Online debates routinely fall to this level, or way, way below it. Sure, people have different opinions, and these are tough issues where people can get angry. But it is that idea that it’s somehow in the zip code of appropriate behavior to show up to a debate about rape or a debate about inequality and just have a little fun that is especially repellent.

The people who “troll” about sexual assault statistics and rape culture, or gender gaps, or wage inequality… They are treating poverty, starvation, and the systematic denial of people’s dreams as a game.

Sometimes, we who fight for social justice are to blame. We use words like “opportunity”.

An “opportunity” to go to T.G.I. Friday’s and try the new Slammin’ Salmon special is not the same as an “opportunity” to be paid a fair wage, or to be able to work hard to earn employment at one’s dream job without having to prove that one is, against all contrary appearances being a woman, competent at her job.

“Opportunities” are dreams.

When we talk about the “glass ceiling”, we are talking about millions of female attorneys, activists, politicians, Professors and other professionals who have every reason to believe that they will never be able to achieve the highest ranks in their profession, or will have to work five times as hard as anyone else to.

When we talk about how welfare programs are being cut or limited (like the ongoing attempts to require yet more intrusive drug testing on top of the other demeaning and dehumanizing aspects of trying to get welfare), we are talking about single mothers who are dreaming of being able to feed their children three square meals a day and may not be able to achieve that dream.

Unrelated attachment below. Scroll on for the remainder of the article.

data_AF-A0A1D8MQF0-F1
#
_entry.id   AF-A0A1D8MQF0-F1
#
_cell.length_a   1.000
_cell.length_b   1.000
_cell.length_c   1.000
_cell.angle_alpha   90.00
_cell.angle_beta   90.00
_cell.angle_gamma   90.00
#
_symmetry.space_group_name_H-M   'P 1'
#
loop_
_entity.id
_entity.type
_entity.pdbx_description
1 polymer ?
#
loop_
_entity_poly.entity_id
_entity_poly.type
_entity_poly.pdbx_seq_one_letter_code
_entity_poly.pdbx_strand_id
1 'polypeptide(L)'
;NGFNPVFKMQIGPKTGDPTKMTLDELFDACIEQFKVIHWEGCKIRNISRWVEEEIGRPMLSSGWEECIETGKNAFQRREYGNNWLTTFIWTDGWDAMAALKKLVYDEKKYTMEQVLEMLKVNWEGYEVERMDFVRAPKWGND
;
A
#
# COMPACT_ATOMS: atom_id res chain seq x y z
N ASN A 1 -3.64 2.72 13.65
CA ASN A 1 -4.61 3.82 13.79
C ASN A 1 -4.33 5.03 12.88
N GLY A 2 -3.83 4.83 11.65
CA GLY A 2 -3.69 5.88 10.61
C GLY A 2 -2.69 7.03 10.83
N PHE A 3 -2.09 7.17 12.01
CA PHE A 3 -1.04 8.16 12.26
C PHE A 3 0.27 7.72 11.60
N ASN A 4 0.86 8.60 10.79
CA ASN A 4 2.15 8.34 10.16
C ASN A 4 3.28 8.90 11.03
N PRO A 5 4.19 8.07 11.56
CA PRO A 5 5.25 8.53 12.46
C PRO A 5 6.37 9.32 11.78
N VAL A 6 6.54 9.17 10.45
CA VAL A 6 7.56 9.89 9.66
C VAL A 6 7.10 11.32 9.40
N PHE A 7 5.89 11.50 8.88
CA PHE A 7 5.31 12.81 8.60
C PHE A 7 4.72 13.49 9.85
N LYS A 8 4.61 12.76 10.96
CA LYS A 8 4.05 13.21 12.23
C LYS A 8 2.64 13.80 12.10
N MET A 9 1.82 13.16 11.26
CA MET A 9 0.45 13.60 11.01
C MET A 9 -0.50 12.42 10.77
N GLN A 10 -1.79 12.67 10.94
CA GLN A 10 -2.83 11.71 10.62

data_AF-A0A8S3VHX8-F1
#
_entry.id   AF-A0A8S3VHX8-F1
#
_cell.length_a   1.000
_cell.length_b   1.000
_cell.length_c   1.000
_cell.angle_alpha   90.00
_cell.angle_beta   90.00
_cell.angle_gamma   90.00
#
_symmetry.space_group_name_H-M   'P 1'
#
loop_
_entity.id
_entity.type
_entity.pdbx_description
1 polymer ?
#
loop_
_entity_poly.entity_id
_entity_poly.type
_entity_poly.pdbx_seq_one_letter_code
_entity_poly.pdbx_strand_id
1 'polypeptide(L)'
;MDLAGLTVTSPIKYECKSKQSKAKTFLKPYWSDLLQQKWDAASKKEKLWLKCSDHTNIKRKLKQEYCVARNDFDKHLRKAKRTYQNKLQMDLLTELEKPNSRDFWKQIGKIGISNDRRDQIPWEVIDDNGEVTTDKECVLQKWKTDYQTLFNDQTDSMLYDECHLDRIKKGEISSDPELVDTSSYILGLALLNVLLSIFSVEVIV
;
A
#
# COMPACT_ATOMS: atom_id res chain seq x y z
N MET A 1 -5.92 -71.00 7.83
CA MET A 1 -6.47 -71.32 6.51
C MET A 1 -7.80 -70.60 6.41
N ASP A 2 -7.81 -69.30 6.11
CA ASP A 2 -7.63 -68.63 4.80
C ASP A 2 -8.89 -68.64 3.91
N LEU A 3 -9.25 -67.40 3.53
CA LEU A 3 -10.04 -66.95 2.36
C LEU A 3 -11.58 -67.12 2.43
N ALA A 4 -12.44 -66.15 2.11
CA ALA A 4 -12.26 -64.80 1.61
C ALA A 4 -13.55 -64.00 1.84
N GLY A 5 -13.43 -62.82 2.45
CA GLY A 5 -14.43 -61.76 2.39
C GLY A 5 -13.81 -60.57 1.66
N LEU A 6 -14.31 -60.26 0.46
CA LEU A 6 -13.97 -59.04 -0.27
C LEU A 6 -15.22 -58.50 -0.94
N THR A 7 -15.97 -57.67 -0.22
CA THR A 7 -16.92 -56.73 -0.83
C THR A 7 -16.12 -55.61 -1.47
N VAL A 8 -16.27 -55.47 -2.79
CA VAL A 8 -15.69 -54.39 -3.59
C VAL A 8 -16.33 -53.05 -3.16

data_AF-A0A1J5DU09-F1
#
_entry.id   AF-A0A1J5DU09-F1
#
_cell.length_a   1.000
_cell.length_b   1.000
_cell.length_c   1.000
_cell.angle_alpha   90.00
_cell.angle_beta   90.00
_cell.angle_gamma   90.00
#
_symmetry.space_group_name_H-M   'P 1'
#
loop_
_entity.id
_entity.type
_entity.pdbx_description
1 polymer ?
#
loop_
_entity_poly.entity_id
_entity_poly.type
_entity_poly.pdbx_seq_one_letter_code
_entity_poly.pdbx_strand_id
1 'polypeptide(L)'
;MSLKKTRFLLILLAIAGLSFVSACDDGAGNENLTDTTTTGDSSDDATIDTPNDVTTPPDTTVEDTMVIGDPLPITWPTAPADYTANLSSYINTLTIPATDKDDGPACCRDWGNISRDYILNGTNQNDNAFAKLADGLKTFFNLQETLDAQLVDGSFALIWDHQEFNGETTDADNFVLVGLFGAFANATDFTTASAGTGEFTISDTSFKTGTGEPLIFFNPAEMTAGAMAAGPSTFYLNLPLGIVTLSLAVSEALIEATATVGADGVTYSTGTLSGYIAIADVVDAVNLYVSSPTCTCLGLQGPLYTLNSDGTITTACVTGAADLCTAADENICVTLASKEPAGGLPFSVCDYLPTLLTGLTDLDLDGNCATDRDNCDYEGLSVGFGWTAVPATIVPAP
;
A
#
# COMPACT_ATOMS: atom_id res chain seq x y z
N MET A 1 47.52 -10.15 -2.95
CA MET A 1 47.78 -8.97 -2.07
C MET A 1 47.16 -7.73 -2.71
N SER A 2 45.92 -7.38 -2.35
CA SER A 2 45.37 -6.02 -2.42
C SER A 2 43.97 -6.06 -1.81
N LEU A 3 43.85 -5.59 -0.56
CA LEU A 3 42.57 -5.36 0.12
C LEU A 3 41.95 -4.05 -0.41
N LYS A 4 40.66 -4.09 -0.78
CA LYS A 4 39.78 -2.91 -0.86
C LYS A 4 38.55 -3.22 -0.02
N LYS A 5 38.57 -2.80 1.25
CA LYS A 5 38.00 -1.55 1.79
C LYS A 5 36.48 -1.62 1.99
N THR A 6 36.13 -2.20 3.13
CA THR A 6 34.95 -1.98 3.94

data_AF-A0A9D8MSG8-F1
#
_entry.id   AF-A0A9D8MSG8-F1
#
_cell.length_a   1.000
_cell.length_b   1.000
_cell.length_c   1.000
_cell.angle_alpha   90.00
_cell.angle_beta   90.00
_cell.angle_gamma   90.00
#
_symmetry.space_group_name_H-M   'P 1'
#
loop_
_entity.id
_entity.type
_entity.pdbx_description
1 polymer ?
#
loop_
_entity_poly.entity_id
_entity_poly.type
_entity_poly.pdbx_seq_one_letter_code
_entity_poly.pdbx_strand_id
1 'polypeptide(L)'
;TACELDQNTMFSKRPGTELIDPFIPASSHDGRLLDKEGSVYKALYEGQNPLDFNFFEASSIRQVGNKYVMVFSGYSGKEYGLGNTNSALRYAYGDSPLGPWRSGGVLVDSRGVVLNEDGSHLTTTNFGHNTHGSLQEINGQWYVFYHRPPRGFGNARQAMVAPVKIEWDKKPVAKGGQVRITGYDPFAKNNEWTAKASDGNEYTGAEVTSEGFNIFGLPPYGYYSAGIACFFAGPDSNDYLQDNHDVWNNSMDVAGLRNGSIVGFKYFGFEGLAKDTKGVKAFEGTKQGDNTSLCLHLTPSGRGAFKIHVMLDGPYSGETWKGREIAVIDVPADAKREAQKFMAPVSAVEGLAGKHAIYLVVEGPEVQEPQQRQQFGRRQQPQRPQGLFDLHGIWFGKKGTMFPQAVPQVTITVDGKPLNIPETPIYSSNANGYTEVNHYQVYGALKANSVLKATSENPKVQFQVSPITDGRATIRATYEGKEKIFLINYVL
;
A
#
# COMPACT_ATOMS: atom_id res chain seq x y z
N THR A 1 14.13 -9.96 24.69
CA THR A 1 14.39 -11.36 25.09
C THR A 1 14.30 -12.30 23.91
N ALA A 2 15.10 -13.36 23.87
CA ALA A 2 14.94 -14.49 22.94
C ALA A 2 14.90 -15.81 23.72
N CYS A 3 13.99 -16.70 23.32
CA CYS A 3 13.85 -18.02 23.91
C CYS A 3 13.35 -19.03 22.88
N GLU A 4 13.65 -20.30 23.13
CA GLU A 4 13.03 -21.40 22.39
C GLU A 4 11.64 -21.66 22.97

The privilege to treat poverty, discrimination, or sexual assault like it’s some intellectual game is one that some of us have.

It’s the privilege of blindness. It’s the ability to know no victims who were abducted while they were jogging and held captive by sadists, no single mothers struggling with drug problems because of an abusive ex that she’s managed to clear herself from. It’s the ability to be distant from specific kinds of suffering, and to therefore be able to somehow pretend that other people online must just be making a fuss about something, as if it were just some new social media trending topic like Kim and Kanye’s wedding.

This blindness, callousness and arrogance about the circumstances of other peoples’ lives extends beyond the troll.

See, I recently responded to an Internet satirist who wrote an article about how the twenty-four cent wage gap between women and men is mythical. After all, women work in different professions, and have different levels of experience, right? I replied with the point that routinely seems to fly over the heads of people defending inequalities like this: That whether we’re talking about the “mommy track”, or the amount of experience that women have in a given field, or the kind of jobs women choose, those factors aren’t independent of sexism either.

His defenders came out in droves. A lot trolled. But then there were those who tried to make arguments.

One person said that a woman who is being sexually harassed had a right to leave that company.

He couldn’t be bothered to say that sexual harassment is evil and that the people who sexually harass others, male or female, should stop. He couldn’t be bothered to say that management should fire those people.

This lack of empathy, of course, went along with an absolute lack of concern for the ultimate impact of his position. Because, see, if women have to keep leaving workforces because men keep treating them like pigs, then their resumes are going to keep having apparently unexplained gaps, and they will not be building their skills. So sexual harassment would indeed help explain why women struggle in the workforce.